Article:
anyone installed a backstay tensioner on a C34? We're considering
it, and I'd like to hear some informed opinions.
Please Note: Forestay and backstay too short
There is a problem with the rigging on our C34 MKII. The turnbuckle
on the furler has about three threads showing on each end and the
forestay is tight. The backstay has three shackles in series on each
side and the turnbuckles are barely engaged. Our hull number is
Trident, 1996, email@example.com,
Yup, I installed one. It consisted of one of those tensioner
plate assemblies, the kind with 5 sheaves between two stainless
steel plates. The split backstay rides on the inside of the upper 4
sheaves, and the lowest (fifth) sheave is used for the tensioning
tackle. The tensioning tackle was a 3:1 block/tackle arrangement,
pulling on a 6 x 19 wire rope attached via nicropressed sleeves and
thimbles. To provide for attachments points at the bottom end of the
block and tackle, and for the far end of the wire rope, I replaced
the clevis pins at the bottoms of the backstay with large D
shackles, whose pins were equal to the diameter of the original
clevis pins. Well, they weren't precisely 'equal', I had to slightly
drill out the backstay fittings to clear the pins, but only a little
bit. The block/tackle and far end of the wire rope attached to the D
shackles with snap shackles, so I could pull the whole thing off
quickly in case I needed an emergency block & tackle somewhere.
It worked well, although it took a few shots of silicone spray on
the sheaves to keep it from squeaking loudly when adjusted (Norm
The back stay tensioner mentioned by Norm Bernstein is better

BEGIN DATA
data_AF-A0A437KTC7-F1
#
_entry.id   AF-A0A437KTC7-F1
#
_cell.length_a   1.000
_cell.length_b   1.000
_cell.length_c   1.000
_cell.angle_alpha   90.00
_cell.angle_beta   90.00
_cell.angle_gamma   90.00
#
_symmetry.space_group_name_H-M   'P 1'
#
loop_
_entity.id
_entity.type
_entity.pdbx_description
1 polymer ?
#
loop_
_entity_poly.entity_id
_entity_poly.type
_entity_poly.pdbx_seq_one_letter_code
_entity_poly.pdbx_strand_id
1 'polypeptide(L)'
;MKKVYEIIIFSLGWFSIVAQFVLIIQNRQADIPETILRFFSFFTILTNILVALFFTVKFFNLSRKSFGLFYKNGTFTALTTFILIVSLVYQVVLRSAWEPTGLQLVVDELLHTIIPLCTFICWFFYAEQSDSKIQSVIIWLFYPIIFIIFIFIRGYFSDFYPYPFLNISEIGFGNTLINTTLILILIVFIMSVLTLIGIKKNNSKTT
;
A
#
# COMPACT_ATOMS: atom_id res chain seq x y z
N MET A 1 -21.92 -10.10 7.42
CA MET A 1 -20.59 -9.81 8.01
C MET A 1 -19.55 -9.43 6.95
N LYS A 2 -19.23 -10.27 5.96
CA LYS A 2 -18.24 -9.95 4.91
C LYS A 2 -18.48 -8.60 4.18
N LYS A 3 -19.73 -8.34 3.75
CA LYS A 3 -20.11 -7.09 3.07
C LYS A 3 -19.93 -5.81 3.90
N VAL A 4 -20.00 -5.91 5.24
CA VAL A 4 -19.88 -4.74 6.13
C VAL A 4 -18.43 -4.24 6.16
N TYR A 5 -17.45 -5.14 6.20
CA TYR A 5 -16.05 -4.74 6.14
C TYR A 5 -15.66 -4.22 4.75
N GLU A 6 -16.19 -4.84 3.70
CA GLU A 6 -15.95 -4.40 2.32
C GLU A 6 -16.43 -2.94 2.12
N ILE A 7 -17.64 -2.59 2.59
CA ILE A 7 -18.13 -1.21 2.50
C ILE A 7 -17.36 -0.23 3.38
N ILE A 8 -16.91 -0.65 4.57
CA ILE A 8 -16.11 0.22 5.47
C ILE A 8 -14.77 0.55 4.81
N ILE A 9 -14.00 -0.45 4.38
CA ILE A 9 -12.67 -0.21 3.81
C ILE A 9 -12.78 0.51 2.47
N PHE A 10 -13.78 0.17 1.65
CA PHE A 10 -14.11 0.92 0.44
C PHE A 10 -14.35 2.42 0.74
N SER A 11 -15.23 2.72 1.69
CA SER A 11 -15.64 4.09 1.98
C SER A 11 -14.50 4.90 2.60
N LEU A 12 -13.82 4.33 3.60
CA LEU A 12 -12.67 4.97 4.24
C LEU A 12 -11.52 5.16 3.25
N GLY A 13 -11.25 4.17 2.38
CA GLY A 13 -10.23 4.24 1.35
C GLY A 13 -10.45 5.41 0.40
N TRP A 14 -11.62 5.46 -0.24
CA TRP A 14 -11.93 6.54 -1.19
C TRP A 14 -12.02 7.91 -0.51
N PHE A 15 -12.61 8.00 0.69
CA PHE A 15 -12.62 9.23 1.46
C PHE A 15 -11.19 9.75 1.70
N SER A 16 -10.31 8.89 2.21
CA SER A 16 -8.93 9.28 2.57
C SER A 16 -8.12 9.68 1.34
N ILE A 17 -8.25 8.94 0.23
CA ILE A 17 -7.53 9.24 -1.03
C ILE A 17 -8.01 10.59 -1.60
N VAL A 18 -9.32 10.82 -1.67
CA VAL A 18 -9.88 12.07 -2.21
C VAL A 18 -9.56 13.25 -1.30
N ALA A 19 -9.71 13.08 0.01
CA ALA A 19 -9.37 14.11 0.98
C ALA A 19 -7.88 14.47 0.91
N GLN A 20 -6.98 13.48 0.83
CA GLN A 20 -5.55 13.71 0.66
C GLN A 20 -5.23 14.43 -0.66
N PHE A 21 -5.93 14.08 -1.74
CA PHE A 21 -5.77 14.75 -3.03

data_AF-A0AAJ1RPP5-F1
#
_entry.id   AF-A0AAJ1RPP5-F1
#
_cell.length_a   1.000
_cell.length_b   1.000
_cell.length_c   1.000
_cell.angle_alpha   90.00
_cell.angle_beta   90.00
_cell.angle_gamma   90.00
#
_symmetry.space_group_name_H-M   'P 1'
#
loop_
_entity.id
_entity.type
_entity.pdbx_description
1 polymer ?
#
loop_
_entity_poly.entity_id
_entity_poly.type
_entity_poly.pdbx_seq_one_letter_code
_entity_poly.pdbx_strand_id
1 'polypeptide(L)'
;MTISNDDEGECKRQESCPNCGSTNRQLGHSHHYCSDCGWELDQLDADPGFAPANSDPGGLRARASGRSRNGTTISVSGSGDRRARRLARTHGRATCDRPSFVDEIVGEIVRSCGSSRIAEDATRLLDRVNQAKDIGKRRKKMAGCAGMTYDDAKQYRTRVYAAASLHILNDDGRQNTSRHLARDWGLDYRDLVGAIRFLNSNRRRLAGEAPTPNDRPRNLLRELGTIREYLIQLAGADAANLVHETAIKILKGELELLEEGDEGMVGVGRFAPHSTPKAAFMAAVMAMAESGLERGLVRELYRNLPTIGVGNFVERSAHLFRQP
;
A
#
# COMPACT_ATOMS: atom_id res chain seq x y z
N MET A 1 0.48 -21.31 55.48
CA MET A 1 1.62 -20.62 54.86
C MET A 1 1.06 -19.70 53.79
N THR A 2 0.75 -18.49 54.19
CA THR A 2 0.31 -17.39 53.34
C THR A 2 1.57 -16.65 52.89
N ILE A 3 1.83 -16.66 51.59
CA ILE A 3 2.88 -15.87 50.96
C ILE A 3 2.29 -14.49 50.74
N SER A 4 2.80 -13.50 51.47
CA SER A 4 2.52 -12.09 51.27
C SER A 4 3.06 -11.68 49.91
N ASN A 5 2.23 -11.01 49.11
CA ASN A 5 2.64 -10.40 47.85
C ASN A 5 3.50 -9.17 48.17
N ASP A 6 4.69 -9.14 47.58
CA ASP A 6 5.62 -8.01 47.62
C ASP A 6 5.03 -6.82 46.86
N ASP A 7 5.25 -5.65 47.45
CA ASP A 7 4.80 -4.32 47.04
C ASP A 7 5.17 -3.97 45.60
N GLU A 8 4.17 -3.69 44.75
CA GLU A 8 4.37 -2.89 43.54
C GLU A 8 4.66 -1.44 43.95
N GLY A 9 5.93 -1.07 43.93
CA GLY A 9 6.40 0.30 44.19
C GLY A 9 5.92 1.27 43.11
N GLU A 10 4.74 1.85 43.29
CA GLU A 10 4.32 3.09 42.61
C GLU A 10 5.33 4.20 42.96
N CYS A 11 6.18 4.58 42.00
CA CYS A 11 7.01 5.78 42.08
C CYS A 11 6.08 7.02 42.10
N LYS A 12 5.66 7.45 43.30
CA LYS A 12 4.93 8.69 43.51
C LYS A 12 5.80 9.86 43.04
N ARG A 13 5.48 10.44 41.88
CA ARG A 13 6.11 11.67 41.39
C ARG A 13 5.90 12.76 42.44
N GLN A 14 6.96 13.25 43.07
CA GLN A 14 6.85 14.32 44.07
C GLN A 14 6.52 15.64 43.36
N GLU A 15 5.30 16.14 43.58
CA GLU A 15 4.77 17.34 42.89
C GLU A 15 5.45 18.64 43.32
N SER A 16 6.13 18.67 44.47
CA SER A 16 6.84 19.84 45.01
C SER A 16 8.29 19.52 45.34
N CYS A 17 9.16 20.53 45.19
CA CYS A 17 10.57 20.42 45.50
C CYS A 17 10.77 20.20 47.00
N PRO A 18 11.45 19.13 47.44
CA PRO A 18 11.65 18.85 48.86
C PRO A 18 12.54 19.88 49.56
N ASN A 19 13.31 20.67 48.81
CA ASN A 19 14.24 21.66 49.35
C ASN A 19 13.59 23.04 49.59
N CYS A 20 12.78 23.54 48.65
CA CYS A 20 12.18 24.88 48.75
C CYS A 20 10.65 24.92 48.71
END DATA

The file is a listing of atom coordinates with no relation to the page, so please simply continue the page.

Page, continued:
suited for the 1991 and later C-34s. Catalina made the split
in the back stay much higher when they introduced the walk through
transom. On the earlier C-34s (without the walk through
transom) the tensioner plate assembly with the five sheaves tends
to pull the lower split back stay together creating a head bumping
hazard when using the boarding ladder.
A number of us with the lower back stay split made our own using
three wire blocks, 7 x 19 wire rope and a 4:1 block/tackle with a
cam cleat. This keeps the adjuster assembly as high as
possible when not in use. We attached tangs drilled out on
one end to fit the clevis pins already securing the bottom of the
back stay. There was sufficient depth to accept the tangs
with washers and cotter rings. The block/tackle on one
end and the wire rope easily attached to the tangs with quick
links (Ron Hill, C34 National Association Technical Editor).
What are the recommended tensionings for the backstay adjuster?
According to a May, 1990 article in Mainsheet, you should
consider the following tensionings:
||Trim at spreader
Important: The opinions expressed here are those of
the individual contributors to this page, and not those of the
Catalina 34 National Association or Catalina Yachts, Inc.
Additionally, this material has not been reviewed by Catalina
Yachts, Inc. for technical accuracy. This page's maintainer cannot
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suggested modifications or upgrades. Please obtain assistance from a
competent marine mechanic or boatyard prior to making any
significant modifications to your vessel.